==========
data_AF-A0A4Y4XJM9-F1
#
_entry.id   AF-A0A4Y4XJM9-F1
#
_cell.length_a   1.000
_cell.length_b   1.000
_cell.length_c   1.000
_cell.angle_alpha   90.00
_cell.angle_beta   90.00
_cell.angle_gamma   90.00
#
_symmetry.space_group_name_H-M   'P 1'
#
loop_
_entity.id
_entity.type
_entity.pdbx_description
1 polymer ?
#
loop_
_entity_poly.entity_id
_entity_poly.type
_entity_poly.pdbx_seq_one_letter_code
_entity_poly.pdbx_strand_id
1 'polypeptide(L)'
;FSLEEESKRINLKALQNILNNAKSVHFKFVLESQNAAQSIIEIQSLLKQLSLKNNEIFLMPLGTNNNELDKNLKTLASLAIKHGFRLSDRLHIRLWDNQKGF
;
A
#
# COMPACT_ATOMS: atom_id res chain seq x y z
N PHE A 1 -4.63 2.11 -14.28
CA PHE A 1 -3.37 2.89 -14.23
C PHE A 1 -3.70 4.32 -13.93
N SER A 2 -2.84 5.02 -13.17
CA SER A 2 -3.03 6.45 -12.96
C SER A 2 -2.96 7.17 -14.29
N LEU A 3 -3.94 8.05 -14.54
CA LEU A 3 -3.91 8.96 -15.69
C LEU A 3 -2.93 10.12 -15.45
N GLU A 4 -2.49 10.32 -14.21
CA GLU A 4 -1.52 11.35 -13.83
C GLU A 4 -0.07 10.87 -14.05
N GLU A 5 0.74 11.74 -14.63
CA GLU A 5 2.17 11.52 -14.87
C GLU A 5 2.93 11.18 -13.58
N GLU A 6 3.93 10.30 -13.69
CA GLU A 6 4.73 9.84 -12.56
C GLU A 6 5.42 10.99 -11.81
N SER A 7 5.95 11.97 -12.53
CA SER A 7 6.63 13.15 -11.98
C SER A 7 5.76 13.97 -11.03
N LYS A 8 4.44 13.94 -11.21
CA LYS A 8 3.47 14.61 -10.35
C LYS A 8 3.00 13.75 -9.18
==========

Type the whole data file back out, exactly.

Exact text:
data_AF-A0A4Y4XJM9-F1
#
_entry.id   AF-A0A4Y4XJM9-F1
#
_cell.length_a   1.000
_cell.length_b   1.000
_cell.length_c   1.000
_cell.angle_alpha   90.00
_cell.angle_beta   90.00
_cell.angle_gamma   90.00
#
_symmetry.space_group_name_H-M   'P 1'
#
loop_
_entity.id
_entity.type
_entity.pdbx_description
1 polymer ?
#
loop_
_entity_poly.entity_id
_entity_poly.type
_entity_poly.pdbx_seq_one_letter_code
_entity_poly.pdbx_strand_id
1 'polypeptide(L)'
;FSLEEESKRINLKALQNILNNAKSVHFKFVLESQNAAQSIIEIQSLLKQLSLKNNEIFLMPLGTNNNELDKNLKTLASLAIKHGFRLSDRLHIRLWDNQKGF
;
A
#
# COMPACT_ATOMS: atom_id res chain seq x y z
N PHE A 1 -4.63 2.11 -14.28
CA PHE A 1 -3.37 2.89 -14.23
C PHE A 1 -3.70 4.32 -13.93
N SER A 2 -2.84 5.02 -13.17
CA SER A 2 -3.03 6.45 -12.96
C SER A 2 -2.96 7.17 -14.29
N LEU A 3 -3.94 8.05 -14.54
CA LEU A 3 -3.91 8.96 -15.69
C LEU A 3 -2.93 10.12 -15.45
N GLU A 4 -2.49 10.32 -14.21
CA GLU A 4 -1.52 11.35 -13.83
C GLU A 4 -0.07 10.87 -14.05
N GLU A 5 0.74 11.74 -14.63
CA GLU A 5 2.17 11.52 -14.87
C GLU A 5 2.93 11.18 -13.58
N GLU A 6 3.93 10.30 -13.69
CA GLU A 6 4.73 9.84 -12.56
C GLU A 6 5.42 10.99 -11.81
N SER A 7 5.95 11.97 -12.53
CA SER A 7 6.63 13.15 -11.98
C SER A 7 5.76 13.97 -11.03
N LYS A 8 4.44 13.94 -11.21
CA LYS A 8 3.47 14.61 -10.35
C LYS A 8 3.00 13.75 -9.18